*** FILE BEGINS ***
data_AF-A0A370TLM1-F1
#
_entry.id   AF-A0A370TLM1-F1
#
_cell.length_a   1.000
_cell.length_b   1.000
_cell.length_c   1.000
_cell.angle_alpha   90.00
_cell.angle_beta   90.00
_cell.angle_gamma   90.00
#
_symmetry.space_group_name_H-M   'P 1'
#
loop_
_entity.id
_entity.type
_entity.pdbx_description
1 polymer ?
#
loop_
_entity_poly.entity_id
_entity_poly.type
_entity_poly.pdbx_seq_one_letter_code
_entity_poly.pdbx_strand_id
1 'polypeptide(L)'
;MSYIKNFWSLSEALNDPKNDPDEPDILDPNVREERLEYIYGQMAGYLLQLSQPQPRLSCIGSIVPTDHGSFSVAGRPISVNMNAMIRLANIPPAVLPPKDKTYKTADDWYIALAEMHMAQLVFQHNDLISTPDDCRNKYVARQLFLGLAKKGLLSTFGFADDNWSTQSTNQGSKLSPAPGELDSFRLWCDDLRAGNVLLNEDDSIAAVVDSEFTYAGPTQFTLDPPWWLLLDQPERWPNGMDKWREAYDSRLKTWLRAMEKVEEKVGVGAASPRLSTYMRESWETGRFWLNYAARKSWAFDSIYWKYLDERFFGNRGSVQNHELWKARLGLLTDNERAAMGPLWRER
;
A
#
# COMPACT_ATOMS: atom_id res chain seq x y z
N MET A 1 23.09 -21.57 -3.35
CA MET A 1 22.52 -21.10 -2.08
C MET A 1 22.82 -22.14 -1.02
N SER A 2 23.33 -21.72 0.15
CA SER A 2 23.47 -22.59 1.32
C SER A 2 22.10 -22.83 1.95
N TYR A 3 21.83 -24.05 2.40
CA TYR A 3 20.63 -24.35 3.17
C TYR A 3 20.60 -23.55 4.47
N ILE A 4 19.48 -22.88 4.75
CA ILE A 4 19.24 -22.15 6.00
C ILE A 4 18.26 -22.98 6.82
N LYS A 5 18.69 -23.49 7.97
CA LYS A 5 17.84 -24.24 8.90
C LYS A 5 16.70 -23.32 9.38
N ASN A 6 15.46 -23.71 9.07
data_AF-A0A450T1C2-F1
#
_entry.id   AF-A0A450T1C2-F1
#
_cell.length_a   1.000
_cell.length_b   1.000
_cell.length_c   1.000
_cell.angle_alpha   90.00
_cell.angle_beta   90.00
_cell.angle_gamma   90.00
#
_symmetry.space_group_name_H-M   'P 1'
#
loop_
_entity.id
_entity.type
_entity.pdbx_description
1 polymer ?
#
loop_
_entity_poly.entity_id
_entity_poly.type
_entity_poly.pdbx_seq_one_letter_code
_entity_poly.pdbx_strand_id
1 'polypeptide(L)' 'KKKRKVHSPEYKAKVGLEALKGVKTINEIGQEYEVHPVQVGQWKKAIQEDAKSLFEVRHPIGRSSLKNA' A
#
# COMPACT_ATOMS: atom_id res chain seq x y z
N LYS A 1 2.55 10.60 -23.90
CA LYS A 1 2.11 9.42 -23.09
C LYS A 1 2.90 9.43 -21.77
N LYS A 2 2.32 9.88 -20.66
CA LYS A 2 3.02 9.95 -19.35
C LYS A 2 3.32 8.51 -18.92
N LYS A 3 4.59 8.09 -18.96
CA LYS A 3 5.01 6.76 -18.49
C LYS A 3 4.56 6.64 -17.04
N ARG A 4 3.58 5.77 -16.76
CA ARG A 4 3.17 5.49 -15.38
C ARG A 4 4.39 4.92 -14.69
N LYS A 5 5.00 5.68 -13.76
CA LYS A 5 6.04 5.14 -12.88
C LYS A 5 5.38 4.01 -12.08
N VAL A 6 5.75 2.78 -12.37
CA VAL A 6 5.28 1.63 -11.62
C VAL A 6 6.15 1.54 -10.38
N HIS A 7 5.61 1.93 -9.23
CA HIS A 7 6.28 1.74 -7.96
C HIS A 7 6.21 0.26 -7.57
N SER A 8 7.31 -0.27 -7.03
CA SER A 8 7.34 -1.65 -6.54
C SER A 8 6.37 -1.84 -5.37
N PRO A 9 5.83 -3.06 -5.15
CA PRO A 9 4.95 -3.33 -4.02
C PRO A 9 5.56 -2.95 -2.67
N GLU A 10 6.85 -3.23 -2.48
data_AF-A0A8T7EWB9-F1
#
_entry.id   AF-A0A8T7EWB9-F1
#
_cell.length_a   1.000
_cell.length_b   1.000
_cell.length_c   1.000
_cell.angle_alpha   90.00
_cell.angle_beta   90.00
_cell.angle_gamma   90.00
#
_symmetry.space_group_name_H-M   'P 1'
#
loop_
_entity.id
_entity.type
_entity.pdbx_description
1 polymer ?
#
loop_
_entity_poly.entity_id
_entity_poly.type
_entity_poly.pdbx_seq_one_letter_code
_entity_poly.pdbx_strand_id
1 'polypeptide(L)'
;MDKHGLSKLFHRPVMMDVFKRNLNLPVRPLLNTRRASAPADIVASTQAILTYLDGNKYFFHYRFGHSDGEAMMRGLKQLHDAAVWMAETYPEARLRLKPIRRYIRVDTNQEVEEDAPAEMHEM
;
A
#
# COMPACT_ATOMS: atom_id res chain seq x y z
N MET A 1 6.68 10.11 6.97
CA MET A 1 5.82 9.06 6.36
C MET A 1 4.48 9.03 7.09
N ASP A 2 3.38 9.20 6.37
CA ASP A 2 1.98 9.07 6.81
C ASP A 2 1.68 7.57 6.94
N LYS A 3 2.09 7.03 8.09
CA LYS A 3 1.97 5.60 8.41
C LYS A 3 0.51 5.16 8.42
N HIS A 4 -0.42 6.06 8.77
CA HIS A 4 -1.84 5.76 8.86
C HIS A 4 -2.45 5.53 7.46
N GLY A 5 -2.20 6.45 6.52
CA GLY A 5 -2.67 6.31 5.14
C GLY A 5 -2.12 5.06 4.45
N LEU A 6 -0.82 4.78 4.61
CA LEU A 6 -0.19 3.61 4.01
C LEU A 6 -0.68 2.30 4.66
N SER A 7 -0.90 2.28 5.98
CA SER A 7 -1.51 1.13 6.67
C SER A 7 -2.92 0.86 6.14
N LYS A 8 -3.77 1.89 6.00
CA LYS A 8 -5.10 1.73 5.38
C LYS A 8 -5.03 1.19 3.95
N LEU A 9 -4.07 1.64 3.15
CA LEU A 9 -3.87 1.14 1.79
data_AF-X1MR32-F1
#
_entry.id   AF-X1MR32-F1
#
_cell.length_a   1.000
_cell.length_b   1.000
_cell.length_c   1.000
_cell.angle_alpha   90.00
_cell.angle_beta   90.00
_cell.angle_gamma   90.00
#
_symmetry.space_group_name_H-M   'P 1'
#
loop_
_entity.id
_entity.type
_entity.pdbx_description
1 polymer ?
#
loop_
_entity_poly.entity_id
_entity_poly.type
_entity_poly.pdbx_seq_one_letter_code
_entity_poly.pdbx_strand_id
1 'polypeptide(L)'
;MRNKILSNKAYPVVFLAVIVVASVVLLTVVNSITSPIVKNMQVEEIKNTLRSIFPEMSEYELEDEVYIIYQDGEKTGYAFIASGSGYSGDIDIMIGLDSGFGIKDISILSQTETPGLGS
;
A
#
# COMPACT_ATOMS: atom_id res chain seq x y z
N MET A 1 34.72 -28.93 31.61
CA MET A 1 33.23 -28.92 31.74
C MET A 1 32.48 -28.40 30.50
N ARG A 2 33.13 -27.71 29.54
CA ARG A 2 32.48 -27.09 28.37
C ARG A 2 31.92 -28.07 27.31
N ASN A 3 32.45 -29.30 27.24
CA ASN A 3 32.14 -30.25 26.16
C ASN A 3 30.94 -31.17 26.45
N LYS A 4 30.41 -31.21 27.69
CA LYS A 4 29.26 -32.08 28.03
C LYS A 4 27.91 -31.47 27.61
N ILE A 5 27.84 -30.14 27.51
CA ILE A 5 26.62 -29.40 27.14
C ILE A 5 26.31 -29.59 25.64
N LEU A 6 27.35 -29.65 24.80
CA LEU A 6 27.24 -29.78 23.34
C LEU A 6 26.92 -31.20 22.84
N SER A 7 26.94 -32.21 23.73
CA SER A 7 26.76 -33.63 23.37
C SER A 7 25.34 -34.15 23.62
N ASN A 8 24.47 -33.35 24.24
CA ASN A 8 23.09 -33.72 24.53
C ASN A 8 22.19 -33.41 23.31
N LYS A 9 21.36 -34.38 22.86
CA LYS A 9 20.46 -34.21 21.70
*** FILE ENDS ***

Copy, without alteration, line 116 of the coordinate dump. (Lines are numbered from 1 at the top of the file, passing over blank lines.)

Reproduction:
_entity.id